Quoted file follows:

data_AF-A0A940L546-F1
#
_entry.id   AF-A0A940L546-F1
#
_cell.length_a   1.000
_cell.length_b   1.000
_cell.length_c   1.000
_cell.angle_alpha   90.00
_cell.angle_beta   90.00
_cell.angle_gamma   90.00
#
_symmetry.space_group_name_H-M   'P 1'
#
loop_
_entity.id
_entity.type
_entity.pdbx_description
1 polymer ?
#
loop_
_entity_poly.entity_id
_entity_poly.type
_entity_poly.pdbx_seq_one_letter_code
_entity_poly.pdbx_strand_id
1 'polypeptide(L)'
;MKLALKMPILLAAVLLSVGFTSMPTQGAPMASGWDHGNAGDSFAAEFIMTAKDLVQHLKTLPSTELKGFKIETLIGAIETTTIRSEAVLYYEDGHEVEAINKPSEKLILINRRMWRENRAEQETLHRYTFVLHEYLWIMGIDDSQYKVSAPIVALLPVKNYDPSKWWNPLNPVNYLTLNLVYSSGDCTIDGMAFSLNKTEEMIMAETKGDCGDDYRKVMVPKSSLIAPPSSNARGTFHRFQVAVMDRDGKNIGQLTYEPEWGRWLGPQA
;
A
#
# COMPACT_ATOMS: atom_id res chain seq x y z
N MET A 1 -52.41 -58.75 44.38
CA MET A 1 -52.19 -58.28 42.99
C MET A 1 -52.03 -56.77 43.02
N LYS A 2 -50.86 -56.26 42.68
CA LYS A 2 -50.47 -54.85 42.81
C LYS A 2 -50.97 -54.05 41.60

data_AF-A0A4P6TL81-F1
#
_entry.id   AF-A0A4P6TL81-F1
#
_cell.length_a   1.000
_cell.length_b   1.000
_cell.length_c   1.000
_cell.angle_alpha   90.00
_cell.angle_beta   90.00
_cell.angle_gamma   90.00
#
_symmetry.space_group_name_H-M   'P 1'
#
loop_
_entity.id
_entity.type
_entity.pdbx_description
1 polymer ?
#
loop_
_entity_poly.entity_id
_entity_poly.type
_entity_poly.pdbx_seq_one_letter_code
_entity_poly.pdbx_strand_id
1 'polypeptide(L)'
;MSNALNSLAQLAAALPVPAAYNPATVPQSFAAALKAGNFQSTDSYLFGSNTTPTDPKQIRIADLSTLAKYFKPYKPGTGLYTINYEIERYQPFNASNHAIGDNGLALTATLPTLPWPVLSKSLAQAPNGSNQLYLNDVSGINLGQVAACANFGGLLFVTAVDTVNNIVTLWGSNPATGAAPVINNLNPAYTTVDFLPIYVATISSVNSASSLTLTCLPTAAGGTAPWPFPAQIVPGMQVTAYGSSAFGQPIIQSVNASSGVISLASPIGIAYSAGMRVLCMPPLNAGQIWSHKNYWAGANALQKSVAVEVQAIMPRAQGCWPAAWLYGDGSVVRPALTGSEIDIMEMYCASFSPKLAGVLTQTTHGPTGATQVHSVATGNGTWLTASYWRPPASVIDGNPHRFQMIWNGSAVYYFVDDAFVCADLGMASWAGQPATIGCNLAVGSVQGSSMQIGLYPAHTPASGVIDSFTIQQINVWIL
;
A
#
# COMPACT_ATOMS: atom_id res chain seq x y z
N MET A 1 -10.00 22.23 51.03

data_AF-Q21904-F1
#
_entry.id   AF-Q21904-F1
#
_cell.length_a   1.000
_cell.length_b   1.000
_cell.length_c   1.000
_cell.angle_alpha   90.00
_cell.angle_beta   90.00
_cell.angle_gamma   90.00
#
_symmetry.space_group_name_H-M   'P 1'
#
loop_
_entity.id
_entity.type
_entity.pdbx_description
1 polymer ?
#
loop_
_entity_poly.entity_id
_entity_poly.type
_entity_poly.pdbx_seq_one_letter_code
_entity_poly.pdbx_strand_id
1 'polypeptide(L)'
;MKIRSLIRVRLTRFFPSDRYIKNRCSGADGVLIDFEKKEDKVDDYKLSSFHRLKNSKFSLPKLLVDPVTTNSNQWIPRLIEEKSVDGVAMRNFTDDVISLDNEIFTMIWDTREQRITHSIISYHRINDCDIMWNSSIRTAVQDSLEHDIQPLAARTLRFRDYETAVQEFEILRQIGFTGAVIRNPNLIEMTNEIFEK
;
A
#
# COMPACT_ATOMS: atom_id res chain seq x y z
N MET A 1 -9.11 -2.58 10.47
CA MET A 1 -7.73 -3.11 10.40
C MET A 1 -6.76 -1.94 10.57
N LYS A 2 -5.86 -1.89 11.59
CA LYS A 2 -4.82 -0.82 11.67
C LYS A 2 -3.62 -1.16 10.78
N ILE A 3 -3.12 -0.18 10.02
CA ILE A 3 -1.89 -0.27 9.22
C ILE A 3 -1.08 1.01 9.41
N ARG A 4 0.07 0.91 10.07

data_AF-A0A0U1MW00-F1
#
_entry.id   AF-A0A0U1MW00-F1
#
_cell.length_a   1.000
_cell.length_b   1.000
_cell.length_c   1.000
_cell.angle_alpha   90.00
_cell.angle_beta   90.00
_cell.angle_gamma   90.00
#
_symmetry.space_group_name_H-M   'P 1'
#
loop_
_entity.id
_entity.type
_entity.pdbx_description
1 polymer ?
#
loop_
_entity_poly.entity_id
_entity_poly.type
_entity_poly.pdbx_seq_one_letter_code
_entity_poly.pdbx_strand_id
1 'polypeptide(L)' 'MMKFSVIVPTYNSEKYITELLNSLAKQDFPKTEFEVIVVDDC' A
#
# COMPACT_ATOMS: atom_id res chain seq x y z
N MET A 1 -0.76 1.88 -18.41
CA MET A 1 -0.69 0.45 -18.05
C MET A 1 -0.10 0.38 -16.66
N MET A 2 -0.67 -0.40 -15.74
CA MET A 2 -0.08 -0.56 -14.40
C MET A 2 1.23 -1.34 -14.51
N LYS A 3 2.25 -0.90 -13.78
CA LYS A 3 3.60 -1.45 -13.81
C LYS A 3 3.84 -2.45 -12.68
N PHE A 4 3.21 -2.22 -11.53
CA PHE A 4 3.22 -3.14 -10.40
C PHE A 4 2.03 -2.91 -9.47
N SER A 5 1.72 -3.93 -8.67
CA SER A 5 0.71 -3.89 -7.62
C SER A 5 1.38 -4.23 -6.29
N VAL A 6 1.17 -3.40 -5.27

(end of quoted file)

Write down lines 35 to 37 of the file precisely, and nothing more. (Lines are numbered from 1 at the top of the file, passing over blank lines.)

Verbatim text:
CA LYS A 2 -50.47 -54.85 42.81
C LYS A 2 -50.97 -54.05 41.60

data_AF-A0A4P6TL81-F1